“We did shut down a little early, partially because of the heat,” said Mike Eichner of Knife River, which has active projects at the Van Buren Interchange, Russell Street, ADA sidewalk and curb projects along Stephens and Gerald, and at a new phase of construction at the Ranch Club off Mullan Road.

Medics on the scene of a house fire in West Riverside near Bonner kept busy handing water to firefighters to keep them hydrated.

The Montana Grizzlies football team, practicing in the heat of the afternoon, took frequent water breaks under Coach Bobby Hauck’s direction.

Dickerson said it looks like an incoming cold front won’t be arriving as early as expected on Saturday. Temperatures should reach the mid- to high 90s and “might even flirt with 100,” he said.

By Sunday, Missoula and much of western Montana should be down in the more comfortable and usual range of the 80s. The front moving in later Saturday should improve air quality and visibility, though the winds could stir up wildfires in the region, two of which have grown to more than 2,500 acres (the Garden Creek fire near Hot Springs) and 1,000 acres (the Brownstone fire in the Bob Marshall Wilderness) in the dry, hot weather.

Friday and Saturday will likely be western Montana’s final fling with 100 degrees for the year. Dickerson said the nights are getting longer, “so climatologically speaking it gets increasingly harder to produce this amount of heat.”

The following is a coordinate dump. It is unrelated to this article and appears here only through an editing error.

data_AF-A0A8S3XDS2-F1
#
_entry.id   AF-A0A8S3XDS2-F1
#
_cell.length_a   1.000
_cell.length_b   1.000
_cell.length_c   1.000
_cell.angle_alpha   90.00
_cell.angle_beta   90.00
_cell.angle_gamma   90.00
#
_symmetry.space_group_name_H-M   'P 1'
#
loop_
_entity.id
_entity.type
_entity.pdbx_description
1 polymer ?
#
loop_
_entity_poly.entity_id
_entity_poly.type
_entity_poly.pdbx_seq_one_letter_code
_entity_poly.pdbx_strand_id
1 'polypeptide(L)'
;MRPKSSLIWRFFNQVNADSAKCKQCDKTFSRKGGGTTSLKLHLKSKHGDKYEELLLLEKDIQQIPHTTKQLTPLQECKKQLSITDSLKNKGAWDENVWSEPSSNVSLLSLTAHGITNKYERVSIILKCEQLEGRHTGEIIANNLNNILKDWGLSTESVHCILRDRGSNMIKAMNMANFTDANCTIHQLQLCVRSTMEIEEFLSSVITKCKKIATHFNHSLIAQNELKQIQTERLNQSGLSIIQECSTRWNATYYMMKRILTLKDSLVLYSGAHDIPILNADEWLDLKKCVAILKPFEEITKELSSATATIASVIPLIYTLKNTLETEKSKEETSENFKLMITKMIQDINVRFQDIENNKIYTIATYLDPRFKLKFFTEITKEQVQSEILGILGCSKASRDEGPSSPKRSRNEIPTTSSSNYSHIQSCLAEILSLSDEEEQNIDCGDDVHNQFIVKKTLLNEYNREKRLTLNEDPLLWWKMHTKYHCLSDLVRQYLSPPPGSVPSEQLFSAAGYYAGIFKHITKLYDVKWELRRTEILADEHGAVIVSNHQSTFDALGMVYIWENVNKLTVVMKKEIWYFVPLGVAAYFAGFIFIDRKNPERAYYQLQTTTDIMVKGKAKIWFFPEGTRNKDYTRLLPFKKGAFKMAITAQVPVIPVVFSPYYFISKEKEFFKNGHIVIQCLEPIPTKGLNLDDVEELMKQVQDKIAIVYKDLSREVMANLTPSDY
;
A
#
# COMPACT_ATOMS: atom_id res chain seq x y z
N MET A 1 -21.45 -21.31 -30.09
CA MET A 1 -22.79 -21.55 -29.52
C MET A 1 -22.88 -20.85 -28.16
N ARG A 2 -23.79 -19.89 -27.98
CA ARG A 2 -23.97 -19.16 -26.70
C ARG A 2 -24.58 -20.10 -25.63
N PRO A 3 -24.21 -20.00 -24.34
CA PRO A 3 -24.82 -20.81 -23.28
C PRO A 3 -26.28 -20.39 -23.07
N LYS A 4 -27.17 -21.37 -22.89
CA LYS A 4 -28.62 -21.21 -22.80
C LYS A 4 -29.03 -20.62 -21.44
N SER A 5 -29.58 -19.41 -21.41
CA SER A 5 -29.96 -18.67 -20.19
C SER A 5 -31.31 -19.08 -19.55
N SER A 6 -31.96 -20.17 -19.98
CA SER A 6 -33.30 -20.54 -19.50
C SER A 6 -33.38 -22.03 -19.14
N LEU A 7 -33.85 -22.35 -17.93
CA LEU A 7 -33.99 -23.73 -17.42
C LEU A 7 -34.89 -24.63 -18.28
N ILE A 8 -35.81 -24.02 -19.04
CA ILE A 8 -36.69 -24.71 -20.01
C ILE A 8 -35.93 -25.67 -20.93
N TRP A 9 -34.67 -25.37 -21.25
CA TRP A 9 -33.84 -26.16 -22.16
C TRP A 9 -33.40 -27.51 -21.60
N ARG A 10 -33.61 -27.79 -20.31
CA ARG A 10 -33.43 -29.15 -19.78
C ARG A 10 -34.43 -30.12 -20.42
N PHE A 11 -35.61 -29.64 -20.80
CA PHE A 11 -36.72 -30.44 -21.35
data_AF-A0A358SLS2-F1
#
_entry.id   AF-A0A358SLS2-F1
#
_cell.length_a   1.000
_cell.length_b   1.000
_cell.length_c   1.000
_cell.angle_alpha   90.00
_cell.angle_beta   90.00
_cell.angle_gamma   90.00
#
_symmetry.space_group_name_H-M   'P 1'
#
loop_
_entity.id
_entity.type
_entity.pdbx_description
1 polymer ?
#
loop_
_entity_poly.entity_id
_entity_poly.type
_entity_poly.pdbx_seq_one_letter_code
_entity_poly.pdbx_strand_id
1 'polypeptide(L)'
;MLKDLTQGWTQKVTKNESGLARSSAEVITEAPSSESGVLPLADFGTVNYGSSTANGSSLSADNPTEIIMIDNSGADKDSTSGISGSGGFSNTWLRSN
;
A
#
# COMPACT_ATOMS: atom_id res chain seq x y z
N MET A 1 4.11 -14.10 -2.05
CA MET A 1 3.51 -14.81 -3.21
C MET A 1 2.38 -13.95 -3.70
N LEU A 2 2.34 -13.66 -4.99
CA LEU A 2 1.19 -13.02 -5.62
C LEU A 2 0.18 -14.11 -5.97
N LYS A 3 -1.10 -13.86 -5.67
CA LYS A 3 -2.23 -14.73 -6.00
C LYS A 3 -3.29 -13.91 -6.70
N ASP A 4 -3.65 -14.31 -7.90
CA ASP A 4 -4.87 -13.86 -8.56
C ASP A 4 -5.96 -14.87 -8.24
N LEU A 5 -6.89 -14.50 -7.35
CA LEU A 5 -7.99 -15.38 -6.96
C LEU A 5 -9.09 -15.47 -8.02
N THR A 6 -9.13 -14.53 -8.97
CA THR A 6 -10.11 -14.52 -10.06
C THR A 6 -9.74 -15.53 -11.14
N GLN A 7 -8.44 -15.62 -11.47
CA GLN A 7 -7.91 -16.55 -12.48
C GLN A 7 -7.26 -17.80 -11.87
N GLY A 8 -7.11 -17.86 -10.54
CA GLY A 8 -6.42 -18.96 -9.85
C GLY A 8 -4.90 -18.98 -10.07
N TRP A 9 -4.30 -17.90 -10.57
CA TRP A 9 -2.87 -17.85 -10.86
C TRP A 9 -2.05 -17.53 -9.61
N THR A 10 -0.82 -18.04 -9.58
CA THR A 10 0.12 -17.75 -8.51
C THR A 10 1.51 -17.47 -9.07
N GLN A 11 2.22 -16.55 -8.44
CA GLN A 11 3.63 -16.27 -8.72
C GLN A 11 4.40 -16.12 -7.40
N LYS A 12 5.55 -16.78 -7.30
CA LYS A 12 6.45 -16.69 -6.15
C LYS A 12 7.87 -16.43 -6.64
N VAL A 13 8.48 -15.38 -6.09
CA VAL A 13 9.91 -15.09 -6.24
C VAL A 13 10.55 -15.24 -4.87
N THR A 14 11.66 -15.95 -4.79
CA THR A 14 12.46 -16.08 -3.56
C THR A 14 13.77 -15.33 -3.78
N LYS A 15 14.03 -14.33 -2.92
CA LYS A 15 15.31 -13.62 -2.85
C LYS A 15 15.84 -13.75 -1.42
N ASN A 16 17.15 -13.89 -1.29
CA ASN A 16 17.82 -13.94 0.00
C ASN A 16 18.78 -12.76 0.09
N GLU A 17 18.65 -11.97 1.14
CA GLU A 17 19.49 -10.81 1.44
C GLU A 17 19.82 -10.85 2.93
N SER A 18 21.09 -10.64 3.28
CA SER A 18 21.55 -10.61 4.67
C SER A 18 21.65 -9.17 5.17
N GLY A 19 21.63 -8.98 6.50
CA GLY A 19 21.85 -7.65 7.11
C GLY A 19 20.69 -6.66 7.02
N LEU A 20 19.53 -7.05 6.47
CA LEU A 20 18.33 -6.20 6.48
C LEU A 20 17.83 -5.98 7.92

The latest 100-degree temperature recorded was on Aug. 24, 1969, a month or so after the first moon landing.


Despite the threat of continued heat, the National Weather Service held fast to its expiration date of a heat advisory at 9 p.m. Friday.

A red flag warning went into effect at noon Friday and remains in effect until midnight Saturday for much of western and southwestern Montana. Critical fire weather conditions are possible again Sunday afternoon and evening due to winds and low humidity.

A Haines Index of 6 was in place Friday, even before the anticipated winds of 15-25 mph blow in Saturday. A 6 means a high potential for an existing fire to become large or exhibit erratic fire behavior. Anything less than 4 means low potential.